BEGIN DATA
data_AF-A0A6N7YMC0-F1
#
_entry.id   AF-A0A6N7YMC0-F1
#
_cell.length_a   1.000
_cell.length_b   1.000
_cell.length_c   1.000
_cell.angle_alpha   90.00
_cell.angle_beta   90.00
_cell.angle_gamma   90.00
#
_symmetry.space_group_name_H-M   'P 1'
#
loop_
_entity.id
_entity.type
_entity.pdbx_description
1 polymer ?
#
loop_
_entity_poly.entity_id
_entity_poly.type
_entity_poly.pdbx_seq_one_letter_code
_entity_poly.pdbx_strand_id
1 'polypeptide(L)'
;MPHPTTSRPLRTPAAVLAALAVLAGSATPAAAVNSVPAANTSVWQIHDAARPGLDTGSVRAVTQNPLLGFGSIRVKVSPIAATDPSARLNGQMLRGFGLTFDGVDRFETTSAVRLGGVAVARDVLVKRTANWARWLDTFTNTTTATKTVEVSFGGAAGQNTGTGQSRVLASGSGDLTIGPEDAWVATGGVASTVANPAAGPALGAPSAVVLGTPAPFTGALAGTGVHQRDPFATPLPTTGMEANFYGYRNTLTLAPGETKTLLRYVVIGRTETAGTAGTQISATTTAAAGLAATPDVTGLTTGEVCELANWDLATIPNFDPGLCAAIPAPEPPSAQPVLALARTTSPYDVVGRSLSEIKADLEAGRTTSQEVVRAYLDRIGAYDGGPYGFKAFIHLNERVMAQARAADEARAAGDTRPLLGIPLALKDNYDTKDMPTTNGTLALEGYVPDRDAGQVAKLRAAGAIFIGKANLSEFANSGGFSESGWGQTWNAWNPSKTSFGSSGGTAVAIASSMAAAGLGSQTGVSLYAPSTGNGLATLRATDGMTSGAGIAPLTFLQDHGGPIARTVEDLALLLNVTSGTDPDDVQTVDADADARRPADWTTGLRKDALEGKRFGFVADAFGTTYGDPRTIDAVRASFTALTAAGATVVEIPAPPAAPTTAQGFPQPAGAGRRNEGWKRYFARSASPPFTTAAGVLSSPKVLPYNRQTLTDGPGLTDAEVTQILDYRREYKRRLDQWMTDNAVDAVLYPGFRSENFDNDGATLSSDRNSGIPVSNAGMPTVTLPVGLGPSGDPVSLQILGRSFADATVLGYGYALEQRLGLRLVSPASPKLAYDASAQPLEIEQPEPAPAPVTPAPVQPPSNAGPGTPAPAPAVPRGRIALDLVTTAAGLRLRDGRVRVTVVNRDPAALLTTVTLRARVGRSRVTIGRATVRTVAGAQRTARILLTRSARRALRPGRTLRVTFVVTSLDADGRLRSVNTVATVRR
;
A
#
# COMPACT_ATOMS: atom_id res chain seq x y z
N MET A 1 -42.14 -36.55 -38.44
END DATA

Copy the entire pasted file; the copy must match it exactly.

data_AF-A0A6N7YMC0-F1
#
_entry.id   AF-A0A6N7YMC0-F1
#
_cell.length_a   1.000
_cell.length_b   1.000
_cell.length_c   1.000
_cell.angle_alpha   90.00
_cell.angle_beta   90.00
_cell.angle_gamma   90.00
#
_symmetry.space_group_name_H-M   'P 1'
#
loop_
_entity.id
_entity.type
_entity.pdbx_description
1 polymer ?
#
loop_
_entity_poly.entity_id
_entity_poly.type
_entity_poly.pdbx_seq_one_letter_code
_entity_poly.pdbx_strand_id
1 'polypeptide(L)'
;MPHPTTSRPLRTPAAVLAALAVLAGSATPAAAVNSVPAANTSVWQIHDAARPGLDTGSVRAVTQNPLLGFGSIRVKVSPIAATDPSARLNGQMLRGFGLTFDGVDRFETTSAVRLGGVAVARDVLVKRTANWARWLDTFTNTTTATKTVEVSFGGAAGQNTGTGQSRVLASGSGDLTIGPEDAWVATGGVASTVANPAAGPALGAPSAVVLGTPAPFTGALAGTGVHQRDPFATPLPTTGMEANFYGYRNTLTLAPGETKTLLRYVVIGRTETAGTAGTQISATTTAAAGLAATPDVTGLTTGEVCELANWDLATIPNFDPGLCAAIPAPEPPSAQPVLALARTTSPYDVVGRSLSEIKADLEAGRTTSQEVVRAYLDRIGAYDGGPYGFKAFIHLNERVMAQARAADEARAAGDTRPLLGIPLALKDNYDTKDMPTTNGTLALEGYVPDRDAGQVAKLRAAGAIFIGKANLSEFANSGGFSESGWGQTWNAWNPSKTSFGSSGGTAVAIASSMAAAGLGSQTGVSLYAPSTGNGLATLRATDGMTSGAGIAPLTFLQDHGGPIARTVEDLALLLNVTSGTDPDDVQTVDADADARRPADWTTGLRKDALEGKRFGFVADAFGTTYGDPRTIDAVRASFTALTAAGATVVEIPAPPAAPTTAQGFPQPAGAGRRNEGWKRYFARSASPPFTTAAGVLSSPKVLPYNRQTLTDGPGLTDAEVTQILDYRREYKRRLDQWMTDNAVDAVLYPGFRSENFDNDGATLSSDRNSGIPVSNAGMPTVTLPVGLGPSGDPVSLQILGRSFADATVLGYGYALEQRLGLRLVSPASPKLAYDASAQPLEIEQPEPAPAPVTPAPVQPPSNAGPGTPAPAPAVPRGRIALDLVTTAAGLRLRDGRVRVTVVNRDPAALLTTVTLRARVGRSRVTIGRATVRTVAGAQRTARILLTRSARRALRPGRTLRVTFVVTSLDADGRLRSVNTVATVRR
;
A
#
# COMPACT_ATOMS: atom_id res chain seq x y z
N MET A 1 -42.14 -36.55 -38.44